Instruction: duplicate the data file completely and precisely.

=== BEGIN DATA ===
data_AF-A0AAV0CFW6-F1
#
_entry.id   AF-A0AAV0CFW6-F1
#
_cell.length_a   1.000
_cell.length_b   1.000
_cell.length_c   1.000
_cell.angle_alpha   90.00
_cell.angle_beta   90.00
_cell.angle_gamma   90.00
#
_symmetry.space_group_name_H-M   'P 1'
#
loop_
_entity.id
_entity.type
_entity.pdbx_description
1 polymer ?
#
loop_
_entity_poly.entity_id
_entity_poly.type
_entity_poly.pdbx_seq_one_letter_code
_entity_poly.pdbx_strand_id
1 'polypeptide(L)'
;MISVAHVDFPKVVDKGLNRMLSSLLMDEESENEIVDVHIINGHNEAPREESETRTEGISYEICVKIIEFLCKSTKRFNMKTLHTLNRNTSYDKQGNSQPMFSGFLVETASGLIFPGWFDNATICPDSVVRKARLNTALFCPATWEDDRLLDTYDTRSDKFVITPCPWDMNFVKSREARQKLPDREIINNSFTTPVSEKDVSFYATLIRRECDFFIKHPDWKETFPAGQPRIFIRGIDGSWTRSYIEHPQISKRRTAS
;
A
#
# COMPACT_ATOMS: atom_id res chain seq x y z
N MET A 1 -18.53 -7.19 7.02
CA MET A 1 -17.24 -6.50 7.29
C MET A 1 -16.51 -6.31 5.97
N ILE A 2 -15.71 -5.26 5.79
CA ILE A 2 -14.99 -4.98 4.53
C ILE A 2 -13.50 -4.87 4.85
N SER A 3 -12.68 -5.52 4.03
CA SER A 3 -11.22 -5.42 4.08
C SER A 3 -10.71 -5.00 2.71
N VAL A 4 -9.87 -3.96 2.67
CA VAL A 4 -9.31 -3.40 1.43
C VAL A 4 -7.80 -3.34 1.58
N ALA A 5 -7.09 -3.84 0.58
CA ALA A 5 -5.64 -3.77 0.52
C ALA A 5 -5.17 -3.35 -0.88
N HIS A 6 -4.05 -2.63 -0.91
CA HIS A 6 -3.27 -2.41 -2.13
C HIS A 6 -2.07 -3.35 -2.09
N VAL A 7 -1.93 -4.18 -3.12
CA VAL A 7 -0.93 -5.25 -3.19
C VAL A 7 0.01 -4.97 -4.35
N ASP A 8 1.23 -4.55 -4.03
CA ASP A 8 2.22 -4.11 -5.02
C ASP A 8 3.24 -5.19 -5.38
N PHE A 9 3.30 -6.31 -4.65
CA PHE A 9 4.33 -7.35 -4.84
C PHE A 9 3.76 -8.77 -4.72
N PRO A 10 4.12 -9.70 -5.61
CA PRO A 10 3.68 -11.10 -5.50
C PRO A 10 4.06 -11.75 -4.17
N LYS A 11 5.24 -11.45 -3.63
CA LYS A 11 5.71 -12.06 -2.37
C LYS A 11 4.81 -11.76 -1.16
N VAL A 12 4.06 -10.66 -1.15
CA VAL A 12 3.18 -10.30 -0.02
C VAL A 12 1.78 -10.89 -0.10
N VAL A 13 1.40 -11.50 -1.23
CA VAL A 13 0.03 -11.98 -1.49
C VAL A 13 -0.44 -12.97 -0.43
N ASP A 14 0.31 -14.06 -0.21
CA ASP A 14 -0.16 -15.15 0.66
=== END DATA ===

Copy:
data_AF-A0AAV0CFW6-F1
#
_entry.id   AF-A0AAV0CFW6-F1
#
_cell.length_a   1.000
_cell.length_b   1.000
_cell.length_c   1.000
_cell.angle_alpha   90.00
_cell.angle_beta   90.00
_cell.angle_gamma   90.00
#
_symmetry.space_group_name_H-M   'P 1'
#
loop_
_entity.id
_entity.type
_entity.pdbx_description
1 polymer ?
#
loop_
_entity_poly.entity_id
_entity_poly.type
_entity_poly.pdbx_seq_one_letter_code
_entity_poly.pdbx_strand_id
1 'polypeptide(L)'
;MISVAHVDFPKVVDKGLNRMLSSLLMDEESENEIVDVHIINGHNEAPREESETRTEGISYEICVKIIEFLCKSTKRFNMKTLHTLNRNTSYDKQGNSQPMFSGFLVETASGLIFPGWFDNATICPDSVVRKARLNTALFCPATWEDDRLLDTYDTRSDKFVITPCPWDMNFVKSREARQKLPDREIINNSFTTPVSEKDVSFYATLIRRECDFFIKHPDWKETFPAGQPRIFIRGIDGSWTRSYIEHPQISKRRTAS
;
A
#
# COMPACT_ATOMS: atom_id res chain seq x y z
N MET A 1 -18.53 -7.19 7.02
CA MET A 1 -17.24 -6.50 7.29
C MET A 1 -16.51 -6.31 5.97
N ILE A 2 -15.71 -5.26 5.79
CA ILE A 2 -14.99 -4.98 4.53
C ILE A 2 -13.50 -4.87 4.85
N SER A 3 -12.68 -5.52 4.03
CA SER A 3 -11.22 -5.42 4.08
C SER A 3 -10.71 -5.00 2.71
N VAL A 4 -9.87 -3.96 2.67
CA VAL A 4 -9.31 -3.40 1.43
C VAL A 4 -7.80 -3.34 1.58
N ALA A 5 -7.09 -3.84 0.58
CA ALA A 5 -5.64 -3.77 0.52
C ALA A 5 -5.17 -3.35 -0.88
N HIS A 6 -4.05 -2.63 -0.91
CA HIS A 6 -3.27 -2.41 -2.13
C HIS A 6 -2.07 -3.35 -2.09
N VAL A 7 -1.93 -4.18 -3.12
CA VAL A 7 -0.93 -5.25 -3.19
C VAL A 7 0.01 -4.97 -4.35
N ASP A 8 1.23 -4.55 -4.03
CA ASP A 8 2.22 -4.11 -5.02
C ASP A 8 3.24 -5.19 -5.38
N PHE A 9 3.30 -6.31 -4.65
CA PHE A 9 4.33 -7.35 -4.84
C PHE A 9 3.76 -8.77 -4.72
N PRO A 10 4.12 -9.70 -5.61
CA PRO A 10 3.68 -11.10 -5.50
C PRO A 10 4.06 -11.75 -4.17
N LYS A 11 5.24 -11.45 -3.63
CA LYS A 11 5.71 -12.06 -2.37
C LYS A 11 4.81 -11.76 -1.16
N VAL A 12 4.06 -10.66 -1.15
CA VAL A 12 3.18 -10.30 -0.02
C VAL A 12 1.78 -10.89 -0.10
N VAL A 13 1.40 -11.50 -1.23
CA VAL A 13 0.03 -11.98 -1.49
C VAL A 13 -0.44 -12.97 -0.43
N ASP A 14 0.31 -14.06 -0.21
CA ASP A 14 -0.16 -15.15 0.66